On their connection to Miami County:
Joe – I was born on the farm and raised here. My father passed away when I was very young, about three months old. I was raised by my mother and my grandparents here. I was always involved with the farm as it was growing and changing. I started working at a young age on the farm, about ten or twelve years old. I didn’t get very involved with the market until I got back from college. When I got back my brothers and I started running different parts of the farm.
Kelsey – I was born in Wilmington, North Carolina and lived there until I was ten. My family is from Miami County, which I didn’t know when I was younger. My grandparents actually lived one country block away from Fulton Farms. Joe and I both went to Miami East. I’m glad that we came back, even though we moved away I got to move back to all my family history.
Joe – We’re high school sweethearts. It’s been fun because we grew up together.
Kelsey – For both of us, this was our first job. I started working here when I was fifteen or sixteen. I worked in the greenhouse with Joe’s mom, now my mother-in-law, Bev. [laughs] We’d be out in the greenhouse every spring and summer. Over the last ten years working here I’ve fallen in love with the farm.
On the history of Fulton Farms:
Joe – My grandparents bought the first 60 acres of the farm in 1958. By 1977 they had expanded the farm to 2000 acres. They started an outdoor market about a mile down the road. Later they purchased this barn and the south part of the farm. They turned into the barn into Fulton Farms Market. They started growing strawberries in the late 60s, early 70s. It was one of the best things to happen at the farm in years. My grandpa and Steve Hamilton started the Strawberry Festival in Troy. My grandparents were on the board for the festival for years. That was one of the things that lifted us up and got our name out there. We became very well known for it.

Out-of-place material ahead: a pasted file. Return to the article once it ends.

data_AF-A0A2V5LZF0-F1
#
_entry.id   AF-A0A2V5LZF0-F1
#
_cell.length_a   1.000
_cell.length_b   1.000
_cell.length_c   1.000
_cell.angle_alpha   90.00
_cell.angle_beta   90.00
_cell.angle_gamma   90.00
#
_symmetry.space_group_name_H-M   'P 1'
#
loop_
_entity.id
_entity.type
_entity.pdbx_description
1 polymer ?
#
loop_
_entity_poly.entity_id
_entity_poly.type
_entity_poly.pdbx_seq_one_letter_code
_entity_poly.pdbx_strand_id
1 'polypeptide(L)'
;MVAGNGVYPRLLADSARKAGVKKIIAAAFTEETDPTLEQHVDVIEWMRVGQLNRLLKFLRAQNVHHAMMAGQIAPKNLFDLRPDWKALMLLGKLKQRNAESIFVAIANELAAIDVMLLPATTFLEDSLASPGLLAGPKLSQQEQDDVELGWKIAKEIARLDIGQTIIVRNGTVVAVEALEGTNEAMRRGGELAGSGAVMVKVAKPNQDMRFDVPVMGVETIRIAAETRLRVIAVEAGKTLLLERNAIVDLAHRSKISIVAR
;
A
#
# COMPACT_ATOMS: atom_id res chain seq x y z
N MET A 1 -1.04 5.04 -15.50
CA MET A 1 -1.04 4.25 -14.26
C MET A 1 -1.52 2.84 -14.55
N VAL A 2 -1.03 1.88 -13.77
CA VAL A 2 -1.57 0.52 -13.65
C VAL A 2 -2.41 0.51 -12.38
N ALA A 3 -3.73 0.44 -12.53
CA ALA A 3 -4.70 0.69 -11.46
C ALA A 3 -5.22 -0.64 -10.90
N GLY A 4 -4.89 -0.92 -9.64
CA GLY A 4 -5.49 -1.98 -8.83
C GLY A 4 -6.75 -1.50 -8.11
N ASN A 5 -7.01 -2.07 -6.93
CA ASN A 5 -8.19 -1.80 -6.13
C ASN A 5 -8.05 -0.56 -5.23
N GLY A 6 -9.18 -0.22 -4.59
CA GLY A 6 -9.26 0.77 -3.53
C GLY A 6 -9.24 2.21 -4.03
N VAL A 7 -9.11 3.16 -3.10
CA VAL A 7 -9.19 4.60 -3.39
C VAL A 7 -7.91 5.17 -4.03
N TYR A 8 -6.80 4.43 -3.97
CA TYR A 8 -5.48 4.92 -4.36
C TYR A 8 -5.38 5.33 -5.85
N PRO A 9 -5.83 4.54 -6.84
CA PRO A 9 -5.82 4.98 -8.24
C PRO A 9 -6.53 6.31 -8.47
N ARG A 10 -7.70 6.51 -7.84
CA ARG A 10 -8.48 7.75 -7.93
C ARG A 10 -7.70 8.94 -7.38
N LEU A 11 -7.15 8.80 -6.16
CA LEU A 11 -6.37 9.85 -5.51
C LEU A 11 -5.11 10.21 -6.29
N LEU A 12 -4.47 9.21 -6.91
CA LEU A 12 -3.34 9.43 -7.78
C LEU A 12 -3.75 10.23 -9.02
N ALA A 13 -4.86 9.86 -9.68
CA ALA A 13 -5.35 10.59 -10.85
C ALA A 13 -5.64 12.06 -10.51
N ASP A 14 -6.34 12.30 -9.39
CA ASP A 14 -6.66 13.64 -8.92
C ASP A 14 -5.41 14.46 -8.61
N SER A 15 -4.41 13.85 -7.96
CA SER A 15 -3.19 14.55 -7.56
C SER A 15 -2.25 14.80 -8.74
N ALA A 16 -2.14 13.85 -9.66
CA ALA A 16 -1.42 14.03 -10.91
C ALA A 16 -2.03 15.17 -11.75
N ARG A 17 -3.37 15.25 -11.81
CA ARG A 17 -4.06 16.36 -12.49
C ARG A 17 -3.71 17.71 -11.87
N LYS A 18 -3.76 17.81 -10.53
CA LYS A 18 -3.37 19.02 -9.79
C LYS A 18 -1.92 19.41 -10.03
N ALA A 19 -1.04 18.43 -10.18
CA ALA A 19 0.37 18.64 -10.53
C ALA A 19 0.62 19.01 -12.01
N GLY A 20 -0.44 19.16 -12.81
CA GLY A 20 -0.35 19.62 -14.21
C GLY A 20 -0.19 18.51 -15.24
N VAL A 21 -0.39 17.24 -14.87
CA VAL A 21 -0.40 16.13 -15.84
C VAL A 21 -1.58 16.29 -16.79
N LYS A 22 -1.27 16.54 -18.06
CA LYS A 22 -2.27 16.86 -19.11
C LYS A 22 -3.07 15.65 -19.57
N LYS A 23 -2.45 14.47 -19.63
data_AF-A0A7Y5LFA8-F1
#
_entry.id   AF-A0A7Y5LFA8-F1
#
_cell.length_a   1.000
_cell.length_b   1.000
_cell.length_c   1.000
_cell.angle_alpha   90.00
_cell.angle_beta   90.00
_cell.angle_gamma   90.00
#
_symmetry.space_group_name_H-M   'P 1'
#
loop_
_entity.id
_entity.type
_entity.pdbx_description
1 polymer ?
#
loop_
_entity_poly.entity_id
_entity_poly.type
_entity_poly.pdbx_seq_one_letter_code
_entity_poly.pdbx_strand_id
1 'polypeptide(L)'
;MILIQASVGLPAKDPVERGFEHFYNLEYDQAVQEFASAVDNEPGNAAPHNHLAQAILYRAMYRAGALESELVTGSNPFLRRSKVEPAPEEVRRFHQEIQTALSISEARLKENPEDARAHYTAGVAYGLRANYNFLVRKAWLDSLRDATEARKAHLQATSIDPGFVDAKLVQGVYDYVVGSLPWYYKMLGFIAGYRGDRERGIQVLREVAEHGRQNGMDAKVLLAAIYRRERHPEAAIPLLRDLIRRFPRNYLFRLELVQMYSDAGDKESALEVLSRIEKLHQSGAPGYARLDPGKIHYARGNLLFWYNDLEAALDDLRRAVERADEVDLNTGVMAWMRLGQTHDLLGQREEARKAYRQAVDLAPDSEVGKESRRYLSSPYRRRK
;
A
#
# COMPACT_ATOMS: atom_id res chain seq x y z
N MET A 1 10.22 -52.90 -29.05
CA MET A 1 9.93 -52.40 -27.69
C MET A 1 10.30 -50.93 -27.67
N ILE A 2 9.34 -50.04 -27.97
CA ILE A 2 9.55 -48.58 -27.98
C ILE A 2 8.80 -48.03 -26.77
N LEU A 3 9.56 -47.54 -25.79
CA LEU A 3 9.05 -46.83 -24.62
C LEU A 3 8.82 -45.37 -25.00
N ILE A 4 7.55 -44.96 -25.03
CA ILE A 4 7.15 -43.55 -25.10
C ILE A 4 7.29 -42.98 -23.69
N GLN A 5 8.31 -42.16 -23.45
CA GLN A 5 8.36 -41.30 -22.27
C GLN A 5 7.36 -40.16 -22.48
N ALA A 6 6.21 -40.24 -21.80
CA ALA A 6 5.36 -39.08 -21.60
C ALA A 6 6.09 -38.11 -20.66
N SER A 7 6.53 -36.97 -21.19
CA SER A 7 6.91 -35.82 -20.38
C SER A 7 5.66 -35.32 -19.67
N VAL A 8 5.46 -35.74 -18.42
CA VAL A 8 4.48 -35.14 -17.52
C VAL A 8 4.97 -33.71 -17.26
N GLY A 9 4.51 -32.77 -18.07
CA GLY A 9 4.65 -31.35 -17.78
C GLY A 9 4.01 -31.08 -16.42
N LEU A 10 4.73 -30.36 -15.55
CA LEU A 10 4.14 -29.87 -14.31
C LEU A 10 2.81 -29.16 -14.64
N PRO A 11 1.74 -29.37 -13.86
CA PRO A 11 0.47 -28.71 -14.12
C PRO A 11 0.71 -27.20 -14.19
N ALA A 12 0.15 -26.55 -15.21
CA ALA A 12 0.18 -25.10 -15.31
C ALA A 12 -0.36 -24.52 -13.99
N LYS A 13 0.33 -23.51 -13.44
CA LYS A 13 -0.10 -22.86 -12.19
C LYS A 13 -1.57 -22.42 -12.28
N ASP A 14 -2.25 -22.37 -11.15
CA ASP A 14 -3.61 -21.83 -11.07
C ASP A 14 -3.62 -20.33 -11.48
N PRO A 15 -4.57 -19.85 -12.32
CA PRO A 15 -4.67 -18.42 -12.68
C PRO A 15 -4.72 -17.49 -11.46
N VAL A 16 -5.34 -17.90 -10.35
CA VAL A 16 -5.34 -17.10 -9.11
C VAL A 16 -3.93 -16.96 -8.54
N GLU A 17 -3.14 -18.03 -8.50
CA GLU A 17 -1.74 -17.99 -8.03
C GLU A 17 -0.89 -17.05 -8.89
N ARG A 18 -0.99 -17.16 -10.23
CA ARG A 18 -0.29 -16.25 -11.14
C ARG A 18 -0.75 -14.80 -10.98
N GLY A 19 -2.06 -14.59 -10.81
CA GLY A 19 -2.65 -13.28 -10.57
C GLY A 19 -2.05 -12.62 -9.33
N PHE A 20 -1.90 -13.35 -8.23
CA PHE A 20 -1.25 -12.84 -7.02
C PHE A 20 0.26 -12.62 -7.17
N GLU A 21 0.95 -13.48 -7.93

They started growing sweet corn pretty early on. Initially, it was extra income. In the beginning, they would pull the corn wagons in the barn. People would line up around the wagon with bags and get their corn. I can’t tell you how many people have told me that we have the best sweet corn. People will travel from out of state, from West Virginia and Michigan to buy their sweet corn. They come from all over.
About Fulton Farms today:
Joe – We’ve been farming this land for three generations. My grandparents, my mom and uncle, myself and my two brothers, along with my cousin Levi. It’s neat to work with your whole family all day. My brother Josh does a lot of the planting and harvesting. He also does a lot of our wholesaling to Kroger and Meijer. Our cousin Levi does a lot of our small crop production. His wife, Christie, works here too. They manage the farm workers and keep on schedule out in the field and bringing in the crops. We have farm workers that have been here for twenty and thirty years. They’re like family to us and that’s how we treat them. That’s how they deserve to be treated. They’ve dedicated their whole lives to the farm. It’s hard to find people like that. We appreciate them so much.